Ever since taking over at second base for the Phillies in 2005, Chase Utley has been a cornerstone of the franchise and one of Major League Baseball’s best players. His contributions come in many forms:
- Offense: Five consecutive seasons with a wOBA at .389 or higher. (The league average is around .330.)
- Defense: Five seasons with a UZR/150 at +12 or better.
- Base running: Five seasons with 13 or more steals and a career stolen base success rate at 88 percent.
Today is Chase Utley‘s birthday. (Happy birthday, Chase!) He is now 32 years old. He missed 51 days during the 2010 regular season, almost all of them due to a torn thumb ligament. Even when he returned, he wasn’t the same hitter.
Utley isn’t exactly a case for chronic injury like some other players, but his max-effort style of play combined with his age and non-zero injury history creates a little cause for concern. It is true that two of Utley’s three serious injuries — a broken hand and the torn thumb ligament — are freak injuries that can happen to anyone at any time in the wrong circumstances. However, past injuries can pop up again in the future and can lead to other injuries, especially for players in their 30’s.
Fans have already suggested that, as an injury-preventative measure, Utley be given scheduled days off during the regular season going forward. Charlie Manuel hasn’t publicly said anything indicating that he plans to adhere to this, although he did say he would rest Utley more often going into the 2010 regular season.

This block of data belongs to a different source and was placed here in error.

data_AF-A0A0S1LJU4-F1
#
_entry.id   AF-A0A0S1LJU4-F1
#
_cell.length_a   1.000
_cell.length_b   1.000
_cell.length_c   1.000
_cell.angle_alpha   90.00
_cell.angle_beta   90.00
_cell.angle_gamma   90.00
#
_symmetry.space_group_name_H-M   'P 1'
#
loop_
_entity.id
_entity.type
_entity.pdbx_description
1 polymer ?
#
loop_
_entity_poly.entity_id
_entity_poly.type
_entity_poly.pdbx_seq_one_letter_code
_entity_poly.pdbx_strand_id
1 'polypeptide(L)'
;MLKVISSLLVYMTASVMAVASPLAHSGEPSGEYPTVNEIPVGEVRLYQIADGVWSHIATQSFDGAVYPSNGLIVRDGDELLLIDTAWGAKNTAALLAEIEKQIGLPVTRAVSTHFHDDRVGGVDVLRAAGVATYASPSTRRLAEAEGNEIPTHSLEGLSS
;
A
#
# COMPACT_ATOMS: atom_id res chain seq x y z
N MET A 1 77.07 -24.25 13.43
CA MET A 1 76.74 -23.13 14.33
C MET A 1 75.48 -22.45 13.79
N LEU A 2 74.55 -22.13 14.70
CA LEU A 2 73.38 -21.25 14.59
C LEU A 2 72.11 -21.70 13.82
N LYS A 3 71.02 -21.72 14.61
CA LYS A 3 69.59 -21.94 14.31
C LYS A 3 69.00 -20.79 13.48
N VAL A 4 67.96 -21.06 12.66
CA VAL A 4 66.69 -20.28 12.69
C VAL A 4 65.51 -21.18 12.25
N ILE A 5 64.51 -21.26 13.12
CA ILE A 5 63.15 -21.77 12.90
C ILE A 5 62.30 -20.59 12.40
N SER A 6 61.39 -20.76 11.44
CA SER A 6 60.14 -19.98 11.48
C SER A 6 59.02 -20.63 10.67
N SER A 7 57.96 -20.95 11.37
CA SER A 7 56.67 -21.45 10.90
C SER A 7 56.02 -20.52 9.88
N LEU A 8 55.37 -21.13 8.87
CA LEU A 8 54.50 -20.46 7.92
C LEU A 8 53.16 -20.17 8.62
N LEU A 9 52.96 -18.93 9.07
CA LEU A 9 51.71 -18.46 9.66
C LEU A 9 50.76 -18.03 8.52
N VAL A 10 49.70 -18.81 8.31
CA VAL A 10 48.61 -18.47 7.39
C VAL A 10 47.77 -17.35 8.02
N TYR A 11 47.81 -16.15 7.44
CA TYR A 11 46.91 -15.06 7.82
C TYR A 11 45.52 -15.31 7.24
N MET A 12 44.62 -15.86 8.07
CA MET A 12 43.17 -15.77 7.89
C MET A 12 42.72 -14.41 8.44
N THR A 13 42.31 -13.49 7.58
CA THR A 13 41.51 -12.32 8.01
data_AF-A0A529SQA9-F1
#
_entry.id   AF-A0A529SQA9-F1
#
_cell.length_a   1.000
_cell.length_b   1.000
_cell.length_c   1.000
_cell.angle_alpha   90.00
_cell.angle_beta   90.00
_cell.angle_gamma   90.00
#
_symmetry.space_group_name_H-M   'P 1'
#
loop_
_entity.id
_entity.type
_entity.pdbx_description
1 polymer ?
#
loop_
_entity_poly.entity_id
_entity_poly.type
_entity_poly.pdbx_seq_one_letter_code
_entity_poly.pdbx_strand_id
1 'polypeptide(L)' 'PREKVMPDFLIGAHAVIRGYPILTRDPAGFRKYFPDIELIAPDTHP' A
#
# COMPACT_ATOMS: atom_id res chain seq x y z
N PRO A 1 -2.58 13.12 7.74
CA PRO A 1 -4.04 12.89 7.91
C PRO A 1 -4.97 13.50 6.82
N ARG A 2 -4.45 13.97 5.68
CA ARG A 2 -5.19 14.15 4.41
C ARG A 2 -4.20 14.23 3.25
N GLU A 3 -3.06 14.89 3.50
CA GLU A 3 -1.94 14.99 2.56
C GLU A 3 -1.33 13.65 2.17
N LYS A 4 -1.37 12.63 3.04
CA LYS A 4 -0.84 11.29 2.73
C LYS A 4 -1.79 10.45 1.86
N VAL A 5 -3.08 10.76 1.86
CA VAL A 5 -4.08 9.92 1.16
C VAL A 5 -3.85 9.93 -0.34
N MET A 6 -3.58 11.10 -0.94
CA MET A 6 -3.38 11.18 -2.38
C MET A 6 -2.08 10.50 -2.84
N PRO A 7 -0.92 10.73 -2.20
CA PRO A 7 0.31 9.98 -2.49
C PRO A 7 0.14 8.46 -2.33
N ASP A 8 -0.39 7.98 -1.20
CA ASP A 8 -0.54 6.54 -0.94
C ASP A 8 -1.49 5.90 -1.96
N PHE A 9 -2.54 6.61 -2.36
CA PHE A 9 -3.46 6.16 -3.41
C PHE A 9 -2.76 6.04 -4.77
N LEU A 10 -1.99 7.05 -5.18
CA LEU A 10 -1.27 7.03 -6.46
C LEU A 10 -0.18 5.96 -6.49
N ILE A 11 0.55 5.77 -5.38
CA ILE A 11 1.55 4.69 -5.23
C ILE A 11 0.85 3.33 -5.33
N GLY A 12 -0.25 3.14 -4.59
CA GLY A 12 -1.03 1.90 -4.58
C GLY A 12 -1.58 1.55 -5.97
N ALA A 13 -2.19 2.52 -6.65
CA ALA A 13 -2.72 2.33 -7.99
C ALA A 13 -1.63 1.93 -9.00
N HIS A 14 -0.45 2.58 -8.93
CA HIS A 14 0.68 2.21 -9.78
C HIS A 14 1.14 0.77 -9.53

Utley played in the Phillies’ first 36 games of the 2010 regular season. He missed two days battling an illness, then played in every game leading up to his thumb injury on June 28 — 36 consecutive games. After returning on August 17, he was given one day off on the 22nd, then played in every game until the Phillies clinched the division in Washington, D.C. against the Nationals on September 27.
If you’re counting, that is exactly two voluntary days off in 43 games, post-injury.
You know Utley wasn’t happy taking those two days off when he was sick in May. There have been many reports that, in the past, Utley refused to take a suggested day off, lending to his reputation as a gritty gamer. It’s great to see from an athlete, many of whom simply coast their way to the next paycheck.
It is time, though, to demand that Utley take days off. His performance clearly tapers as the season progresses:
Utley is significantly better than anyone who would play in his stead (i.e. Wilson Valdez). If Valdez were to replace Utley over an entire 162-game season, the difference in production would be felt immensely. Over a much smaller chunk of games, though, the difference isn’t likely to cost the Phillies more than a game or two. The upside is that they may gain those one or two losses — or more — back later in the season as Utley is better-rested and thus more productive.
Chase Utley needs to be benched in 2011. Who’d have thought we’d ever be legitimately saying that?
Regarding the title: in case you’re not hip to acronyms, PTO is paid time off.